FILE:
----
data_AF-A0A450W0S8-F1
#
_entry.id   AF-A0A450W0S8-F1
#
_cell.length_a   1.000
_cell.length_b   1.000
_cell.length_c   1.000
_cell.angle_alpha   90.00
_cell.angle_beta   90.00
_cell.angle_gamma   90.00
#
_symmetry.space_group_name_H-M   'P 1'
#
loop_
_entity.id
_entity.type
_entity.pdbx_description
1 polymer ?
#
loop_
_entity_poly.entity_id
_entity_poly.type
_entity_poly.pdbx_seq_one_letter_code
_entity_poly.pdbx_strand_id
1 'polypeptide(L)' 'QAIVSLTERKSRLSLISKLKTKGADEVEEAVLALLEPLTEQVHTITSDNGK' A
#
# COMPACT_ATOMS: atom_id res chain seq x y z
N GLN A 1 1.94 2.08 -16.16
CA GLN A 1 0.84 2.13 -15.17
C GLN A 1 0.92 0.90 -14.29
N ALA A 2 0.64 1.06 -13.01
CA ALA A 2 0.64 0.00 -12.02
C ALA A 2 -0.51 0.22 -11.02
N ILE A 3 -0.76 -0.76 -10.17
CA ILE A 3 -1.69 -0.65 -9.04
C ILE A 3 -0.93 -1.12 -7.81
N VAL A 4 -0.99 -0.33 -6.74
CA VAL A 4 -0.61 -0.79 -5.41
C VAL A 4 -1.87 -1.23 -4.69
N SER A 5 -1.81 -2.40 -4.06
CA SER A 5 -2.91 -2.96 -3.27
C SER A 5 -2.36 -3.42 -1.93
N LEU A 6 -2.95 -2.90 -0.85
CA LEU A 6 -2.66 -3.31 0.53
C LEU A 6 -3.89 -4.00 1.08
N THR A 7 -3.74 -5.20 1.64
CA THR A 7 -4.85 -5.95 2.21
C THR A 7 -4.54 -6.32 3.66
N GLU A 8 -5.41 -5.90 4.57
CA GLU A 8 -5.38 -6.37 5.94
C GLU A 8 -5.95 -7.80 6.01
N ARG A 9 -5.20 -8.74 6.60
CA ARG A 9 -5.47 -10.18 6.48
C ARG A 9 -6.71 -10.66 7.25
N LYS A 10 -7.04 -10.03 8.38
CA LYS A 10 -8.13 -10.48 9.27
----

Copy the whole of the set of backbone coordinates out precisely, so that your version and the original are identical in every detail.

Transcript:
data_AF-A0A450W0S8-F1
#
_entry.id   AF-A0A450W0S8-F1
#
_cell.length_a   1.000
_cell.length_b   1.000
_cell.length_c   1.000
_cell.angle_alpha   90.00
_cell.angle_beta   90.00
_cell.angle_gamma   90.00
#
_symmetry.space_group_name_H-M   'P 1'
#
loop_
_entity.id
_entity.type
_entity.pdbx_description
1 polymer ?
#
loop_
_entity_poly.entity_id
_entity_poly.type
_entity_poly.pdbx_seq_one_letter_code
_entity_poly.pdbx_strand_id
1 'polypeptide(L)' 'QAIVSLTERKSRLSLISKLKTKGADEVEEAVLALLEPLTEQVHTITSDNGK' A
#
# COMPACT_ATOMS: atom_id res chain seq x y z
N GLN A 1 1.94 2.08 -16.16
CA GLN A 1 0.84 2.13 -15.17
C GLN A 1 0.92 0.90 -14.29
N ALA A 2 0.64 1.06 -13.01
CA ALA A 2 0.64 0.00 -12.02
C ALA A 2 -0.51 0.22 -11.02
N ILE A 3 -0.76 -0.76 -10.17
CA ILE A 3 -1.69 -0.65 -9.04
C ILE A 3 -0.93 -1.12 -7.81
N VAL A 4 -0.99 -0.33 -6.74
CA VAL A 4 -0.61 -0.79 -5.41
C VAL A 4 -1.87 -1.23 -4.69
N SER A 5 -1.81 -2.40 -4.06
CA SER A 5 -2.91 -2.96 -3.27
C SER A 5 -2.36 -3.42 -1.93
N LEU A 6 -2.95 -2.90 -0.85
CA LEU A 6 -2.66 -3.31 0.53
C LEU A 6 -3.89 -4.00 1.08
N THR A 7 -3.74 -5.20 1.64
CA THR A 7 -4.85 -5.95 2.21
C THR A 7 -4.54 -6.32 3.66
N GLU A 8 -5.41 -5.90 4.57
CA GLU A 8 -5.38 -6.37 5.94
C GLU A 8 -5.95 -7.80 6.01
N ARG A 9 -5.20 -8.74 6.60
CA ARG A 9 -5.47 -10.18 6.48
C ARG A 9 -6.71 -10.66 7.25
N LYS A 10 -7.04 -10.03 8.38
CA LYS A 10 -8.13 -10.48 9.27